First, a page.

Use liquid glue for these steps. Attach the wing braces to the sides of the stick. Attach the fin braces to the top of the horizontal stabilizer (allowing a 1mm gap) and wait a minute. Spread the top sections of the fin braces, apply a little glue, put the fin in place, and pinch the braces against the sides of the fin.

Step 8: Attach the Tail and Wing

Use liquid glue for these steps. Apply glue on the top sections of the wing braces. Place the wing in position. Pinch were the braces contact the underside of the wing. Use a narrow object (such as the scrap of the popsicle stick) to press down the tabs at the front and back of the center line of the wing. Make sure the glue has bonded well. It's okay if the middle rises above the top of the fuselage a little bit. Lastly, apply glue and place the tail in position. Keep an eye on it as the glue dries. The tail might wander to the left or right (as seen above) and must be nudged back to a horizontal position.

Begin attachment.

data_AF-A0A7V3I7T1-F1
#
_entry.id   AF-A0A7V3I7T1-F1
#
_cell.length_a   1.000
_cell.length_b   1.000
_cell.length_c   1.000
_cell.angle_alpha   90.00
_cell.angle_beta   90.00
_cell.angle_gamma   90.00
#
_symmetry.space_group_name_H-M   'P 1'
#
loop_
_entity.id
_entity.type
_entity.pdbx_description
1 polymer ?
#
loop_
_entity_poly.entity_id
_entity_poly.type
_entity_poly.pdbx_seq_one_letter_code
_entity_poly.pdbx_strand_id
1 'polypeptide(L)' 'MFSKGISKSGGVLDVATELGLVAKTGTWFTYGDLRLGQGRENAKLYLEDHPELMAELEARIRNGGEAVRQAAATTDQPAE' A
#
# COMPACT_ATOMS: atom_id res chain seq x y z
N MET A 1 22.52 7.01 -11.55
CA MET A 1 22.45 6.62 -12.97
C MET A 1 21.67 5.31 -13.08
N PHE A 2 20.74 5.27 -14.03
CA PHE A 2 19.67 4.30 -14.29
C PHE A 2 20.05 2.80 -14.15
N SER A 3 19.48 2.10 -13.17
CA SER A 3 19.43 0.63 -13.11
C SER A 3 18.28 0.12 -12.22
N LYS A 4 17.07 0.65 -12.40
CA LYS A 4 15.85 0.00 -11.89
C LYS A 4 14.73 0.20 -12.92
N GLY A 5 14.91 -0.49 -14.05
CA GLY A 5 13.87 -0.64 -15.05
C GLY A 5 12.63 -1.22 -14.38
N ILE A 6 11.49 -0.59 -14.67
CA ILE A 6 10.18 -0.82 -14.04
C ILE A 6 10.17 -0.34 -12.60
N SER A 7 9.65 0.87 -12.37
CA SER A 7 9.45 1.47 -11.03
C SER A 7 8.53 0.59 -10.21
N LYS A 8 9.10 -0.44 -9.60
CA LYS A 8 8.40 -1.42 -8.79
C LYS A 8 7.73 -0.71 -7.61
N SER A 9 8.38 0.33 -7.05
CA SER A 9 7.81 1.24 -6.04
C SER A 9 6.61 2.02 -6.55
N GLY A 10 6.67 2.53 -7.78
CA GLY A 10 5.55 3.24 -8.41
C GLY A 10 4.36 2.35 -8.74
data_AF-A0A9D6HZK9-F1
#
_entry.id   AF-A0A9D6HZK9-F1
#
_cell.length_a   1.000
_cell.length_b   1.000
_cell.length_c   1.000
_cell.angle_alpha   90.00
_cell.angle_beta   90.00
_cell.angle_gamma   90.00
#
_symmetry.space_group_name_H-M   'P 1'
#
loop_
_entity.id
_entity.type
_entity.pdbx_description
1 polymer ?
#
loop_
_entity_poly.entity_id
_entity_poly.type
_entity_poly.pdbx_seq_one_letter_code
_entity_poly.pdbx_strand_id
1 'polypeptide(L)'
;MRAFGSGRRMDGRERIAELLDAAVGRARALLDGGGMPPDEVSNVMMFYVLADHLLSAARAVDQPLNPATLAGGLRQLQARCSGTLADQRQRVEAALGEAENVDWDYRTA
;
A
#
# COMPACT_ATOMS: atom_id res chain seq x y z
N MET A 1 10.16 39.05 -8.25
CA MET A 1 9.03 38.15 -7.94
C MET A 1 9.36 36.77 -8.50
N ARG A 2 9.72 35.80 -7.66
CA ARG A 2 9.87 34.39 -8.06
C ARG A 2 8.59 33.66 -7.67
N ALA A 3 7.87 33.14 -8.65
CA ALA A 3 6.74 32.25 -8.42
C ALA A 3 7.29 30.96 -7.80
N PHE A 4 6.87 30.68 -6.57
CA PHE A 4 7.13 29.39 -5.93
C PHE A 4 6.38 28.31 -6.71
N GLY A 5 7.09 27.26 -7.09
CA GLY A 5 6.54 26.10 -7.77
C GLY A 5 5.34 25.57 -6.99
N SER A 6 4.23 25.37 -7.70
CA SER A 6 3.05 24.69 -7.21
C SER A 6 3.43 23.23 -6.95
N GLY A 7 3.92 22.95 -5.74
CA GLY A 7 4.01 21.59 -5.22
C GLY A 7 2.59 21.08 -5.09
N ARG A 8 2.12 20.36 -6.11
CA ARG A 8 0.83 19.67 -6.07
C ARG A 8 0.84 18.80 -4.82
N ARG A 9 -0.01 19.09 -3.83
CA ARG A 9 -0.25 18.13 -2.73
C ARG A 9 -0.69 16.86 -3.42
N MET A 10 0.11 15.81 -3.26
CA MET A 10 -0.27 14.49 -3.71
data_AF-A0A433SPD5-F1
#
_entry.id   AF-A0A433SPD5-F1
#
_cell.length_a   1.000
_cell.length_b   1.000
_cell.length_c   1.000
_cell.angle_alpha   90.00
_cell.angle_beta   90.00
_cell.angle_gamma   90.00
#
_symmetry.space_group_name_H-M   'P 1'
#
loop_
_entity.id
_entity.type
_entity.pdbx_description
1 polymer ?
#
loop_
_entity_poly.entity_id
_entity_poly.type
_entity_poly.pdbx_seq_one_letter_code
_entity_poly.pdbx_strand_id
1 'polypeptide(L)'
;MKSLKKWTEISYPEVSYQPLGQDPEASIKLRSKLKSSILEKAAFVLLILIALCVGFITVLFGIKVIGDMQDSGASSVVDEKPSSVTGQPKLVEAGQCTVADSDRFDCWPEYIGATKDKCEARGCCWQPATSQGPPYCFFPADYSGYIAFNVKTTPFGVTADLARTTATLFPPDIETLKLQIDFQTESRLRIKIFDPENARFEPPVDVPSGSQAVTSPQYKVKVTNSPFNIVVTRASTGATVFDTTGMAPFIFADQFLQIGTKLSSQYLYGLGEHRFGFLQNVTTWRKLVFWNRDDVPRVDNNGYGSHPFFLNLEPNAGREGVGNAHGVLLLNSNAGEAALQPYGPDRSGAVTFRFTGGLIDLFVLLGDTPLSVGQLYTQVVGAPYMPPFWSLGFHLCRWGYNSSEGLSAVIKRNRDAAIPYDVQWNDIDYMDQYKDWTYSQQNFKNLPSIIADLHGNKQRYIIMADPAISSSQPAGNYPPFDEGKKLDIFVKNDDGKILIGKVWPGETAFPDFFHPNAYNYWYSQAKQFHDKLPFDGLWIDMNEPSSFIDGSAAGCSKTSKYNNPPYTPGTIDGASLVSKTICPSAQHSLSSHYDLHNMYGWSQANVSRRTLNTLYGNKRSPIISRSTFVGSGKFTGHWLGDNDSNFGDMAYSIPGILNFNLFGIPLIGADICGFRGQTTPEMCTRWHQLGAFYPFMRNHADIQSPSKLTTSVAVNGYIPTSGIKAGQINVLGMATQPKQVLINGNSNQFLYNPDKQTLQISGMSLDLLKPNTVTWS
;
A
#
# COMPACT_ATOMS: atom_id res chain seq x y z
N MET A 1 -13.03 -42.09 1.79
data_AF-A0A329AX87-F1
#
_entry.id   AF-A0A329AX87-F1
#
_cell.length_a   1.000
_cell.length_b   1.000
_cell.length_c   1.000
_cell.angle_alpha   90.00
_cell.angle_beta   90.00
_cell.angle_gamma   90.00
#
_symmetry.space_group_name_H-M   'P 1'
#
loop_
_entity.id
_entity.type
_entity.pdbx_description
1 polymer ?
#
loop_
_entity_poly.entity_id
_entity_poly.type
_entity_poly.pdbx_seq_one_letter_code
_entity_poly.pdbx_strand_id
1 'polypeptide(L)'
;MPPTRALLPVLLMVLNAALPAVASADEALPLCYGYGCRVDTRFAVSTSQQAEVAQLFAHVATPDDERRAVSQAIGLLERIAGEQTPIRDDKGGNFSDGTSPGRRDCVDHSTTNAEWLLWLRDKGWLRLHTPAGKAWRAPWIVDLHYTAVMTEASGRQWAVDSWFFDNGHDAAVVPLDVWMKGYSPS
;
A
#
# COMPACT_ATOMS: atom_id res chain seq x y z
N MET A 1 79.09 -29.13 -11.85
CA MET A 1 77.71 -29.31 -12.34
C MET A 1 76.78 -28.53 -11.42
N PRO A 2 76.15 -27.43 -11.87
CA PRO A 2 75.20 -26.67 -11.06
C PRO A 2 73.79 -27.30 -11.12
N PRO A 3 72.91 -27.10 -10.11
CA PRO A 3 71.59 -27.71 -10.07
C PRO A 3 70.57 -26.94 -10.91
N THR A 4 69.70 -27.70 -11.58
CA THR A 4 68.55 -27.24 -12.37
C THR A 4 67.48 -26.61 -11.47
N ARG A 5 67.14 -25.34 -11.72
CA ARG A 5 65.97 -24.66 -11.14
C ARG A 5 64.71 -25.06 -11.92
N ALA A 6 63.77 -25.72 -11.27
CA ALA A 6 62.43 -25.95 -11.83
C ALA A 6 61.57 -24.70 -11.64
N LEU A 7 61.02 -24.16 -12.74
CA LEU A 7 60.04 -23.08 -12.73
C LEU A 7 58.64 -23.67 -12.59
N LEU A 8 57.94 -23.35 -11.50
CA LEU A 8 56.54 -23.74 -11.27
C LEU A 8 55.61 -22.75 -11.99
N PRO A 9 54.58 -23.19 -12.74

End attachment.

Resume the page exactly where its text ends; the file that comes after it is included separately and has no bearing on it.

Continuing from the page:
Step 9: Adjust Wing As Glue Dries

Raise the wingtips about 15 degrees above horizontal, and reestablish the undercamber a little by pinching along the leading and trailing edges. Note that the leading and trailing edges drop below the top of the fuselage.

Step 10: Finishing Touches and Flight

Slide the eraser over the nose and make sure the elevator is raised slightly. Conduct some test flights indoors. Throw the plane gently and level. If it quickly pitches down, raise the elevator a little more. If it noses up too much, lower the elevator a little and/or slide the eraser forward a bit.

When outdoors, remember that even a slight breeze will influence the flight of the plane significantly. When throwing into a breeze extra lift is created under the wings and the plane tends to pitch up. When throwing with the breeze the plane may have additional speed but may also tend to pitch down. Throwing transverse to the breeze can be fun. Try throwing the plane in such a way that it turns into the breeze, which will allow it to gain altitude. As it finishes the turn it will gain a tailwind and speed.